Centralized national data on clients entering drug abuse treatment was initially required by the Drug Abuse Office and Treatment Act of 1972, P.L. 92-255, which began Federal funding for treatment and rehabilitation. The CODAP data system was developed to collect admission and discharge data directly from federally funded treatment programs and included quarterly reporting by 1,800 to 2,000 programs on over 200,000 admissions per year during 1975-1981 (1). The CODAP reported only for programs receiving federal funding, but did report on all clients in these programs, regardless of the source of funding. The CODAP, therefore, gave a representative picture of federally funded programs but not of the national treatment system, which includes both nonprofit and for-profit privately funded substance abuse treatment programs.
The CODAP contained national data from 1973 to 1981 before enactment of the Alcohol and Drug Abuse and Mental Health Services (ADMS) Block Grant, which passed federal funding of treatment programs through the States and included no data reporting requirement. Until the ADMS Block Grant, federal funding of individual treatment programs had depended to some extent on the adequacy of data reporting to the CODAP. Additional Block Grant legislation -- the Comprehensive Alcohol Abuse, Drug Abuse, and Mental Health Amendments of 1988 (P.L. 100-690) -- established a revised Substance Abuse Prevention and Treatment (SAPT) Block Grant that required federal data collection on, among other things, clients seeking and receiving substance abuse treatment. The TEDS responds to this portion of the data requirement.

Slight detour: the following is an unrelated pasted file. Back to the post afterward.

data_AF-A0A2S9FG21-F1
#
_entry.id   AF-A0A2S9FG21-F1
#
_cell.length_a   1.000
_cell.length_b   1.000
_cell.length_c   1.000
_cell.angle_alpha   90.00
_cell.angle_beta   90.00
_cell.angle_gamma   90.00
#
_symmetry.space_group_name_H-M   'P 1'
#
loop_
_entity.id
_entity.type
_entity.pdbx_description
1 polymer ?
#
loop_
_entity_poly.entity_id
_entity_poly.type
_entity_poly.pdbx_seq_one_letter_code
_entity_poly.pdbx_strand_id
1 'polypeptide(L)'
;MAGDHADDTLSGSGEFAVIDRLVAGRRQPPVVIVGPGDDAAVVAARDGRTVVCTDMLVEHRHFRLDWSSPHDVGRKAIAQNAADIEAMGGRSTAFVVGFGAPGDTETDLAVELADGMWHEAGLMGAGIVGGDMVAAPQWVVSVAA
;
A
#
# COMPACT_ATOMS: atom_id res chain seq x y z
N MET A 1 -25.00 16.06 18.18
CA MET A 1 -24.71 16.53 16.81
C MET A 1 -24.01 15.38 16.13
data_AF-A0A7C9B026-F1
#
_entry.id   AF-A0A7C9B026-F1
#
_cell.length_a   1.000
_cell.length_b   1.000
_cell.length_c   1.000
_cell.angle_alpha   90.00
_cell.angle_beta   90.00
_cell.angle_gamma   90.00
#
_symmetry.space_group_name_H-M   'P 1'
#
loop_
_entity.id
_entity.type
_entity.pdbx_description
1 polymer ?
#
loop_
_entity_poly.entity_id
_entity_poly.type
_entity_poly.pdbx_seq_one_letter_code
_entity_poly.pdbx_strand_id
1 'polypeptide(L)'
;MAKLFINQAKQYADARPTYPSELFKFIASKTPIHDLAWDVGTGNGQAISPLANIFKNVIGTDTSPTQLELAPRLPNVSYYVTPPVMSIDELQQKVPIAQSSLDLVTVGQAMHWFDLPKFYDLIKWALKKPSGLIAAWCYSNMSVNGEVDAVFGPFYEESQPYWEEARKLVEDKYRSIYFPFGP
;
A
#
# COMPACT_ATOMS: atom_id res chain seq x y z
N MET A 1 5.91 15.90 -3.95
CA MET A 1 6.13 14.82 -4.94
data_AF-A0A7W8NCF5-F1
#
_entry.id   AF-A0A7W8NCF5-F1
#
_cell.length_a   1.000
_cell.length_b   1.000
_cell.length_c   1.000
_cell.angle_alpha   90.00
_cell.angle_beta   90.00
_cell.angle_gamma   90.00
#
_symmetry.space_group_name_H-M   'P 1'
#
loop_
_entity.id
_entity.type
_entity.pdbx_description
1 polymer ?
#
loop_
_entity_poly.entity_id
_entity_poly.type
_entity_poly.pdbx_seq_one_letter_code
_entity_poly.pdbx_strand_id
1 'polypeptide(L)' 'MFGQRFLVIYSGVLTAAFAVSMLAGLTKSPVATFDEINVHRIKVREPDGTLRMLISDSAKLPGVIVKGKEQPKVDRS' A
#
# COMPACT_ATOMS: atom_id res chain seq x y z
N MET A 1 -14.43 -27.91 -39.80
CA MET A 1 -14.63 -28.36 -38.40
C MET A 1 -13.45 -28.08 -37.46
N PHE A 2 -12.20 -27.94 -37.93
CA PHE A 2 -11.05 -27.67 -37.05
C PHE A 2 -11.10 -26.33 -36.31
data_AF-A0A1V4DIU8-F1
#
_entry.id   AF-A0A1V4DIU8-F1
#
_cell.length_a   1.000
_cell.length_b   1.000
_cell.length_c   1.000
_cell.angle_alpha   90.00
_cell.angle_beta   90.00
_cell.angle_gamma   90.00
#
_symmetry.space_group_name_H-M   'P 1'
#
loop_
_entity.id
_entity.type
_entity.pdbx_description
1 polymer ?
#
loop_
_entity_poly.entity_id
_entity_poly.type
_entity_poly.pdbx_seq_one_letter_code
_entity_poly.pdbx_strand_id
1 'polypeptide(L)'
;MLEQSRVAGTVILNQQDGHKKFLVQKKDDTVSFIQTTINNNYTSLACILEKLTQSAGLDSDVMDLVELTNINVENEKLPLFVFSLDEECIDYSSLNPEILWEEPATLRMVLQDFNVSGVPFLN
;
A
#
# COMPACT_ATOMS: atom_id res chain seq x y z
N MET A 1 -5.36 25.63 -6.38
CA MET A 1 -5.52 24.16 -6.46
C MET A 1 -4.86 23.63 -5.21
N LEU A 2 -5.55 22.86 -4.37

In comparing CODAP to TEDS, it should be remembered that the same data elements have been collected but in different ways. CODAP surveyed treatment programs directly; whereas TEDS collects the same information but as conveyed by the States, relying on a crosswalk from State administrative data systems to the elements defined for TEDS. Neither the TEDS nor CODAP is nationally representative of all substance abuse treatment programs, because privately funded programs are under represented in these publicly administered data systems. The TEDS, however, well represents State-monitored substance abuse programs. The data limitations of TEDS are listed in Appendix A. The data elements in TEDS (2) and in CODAP (3) are described in Appendix B.
This page was last updated on June 16, 2008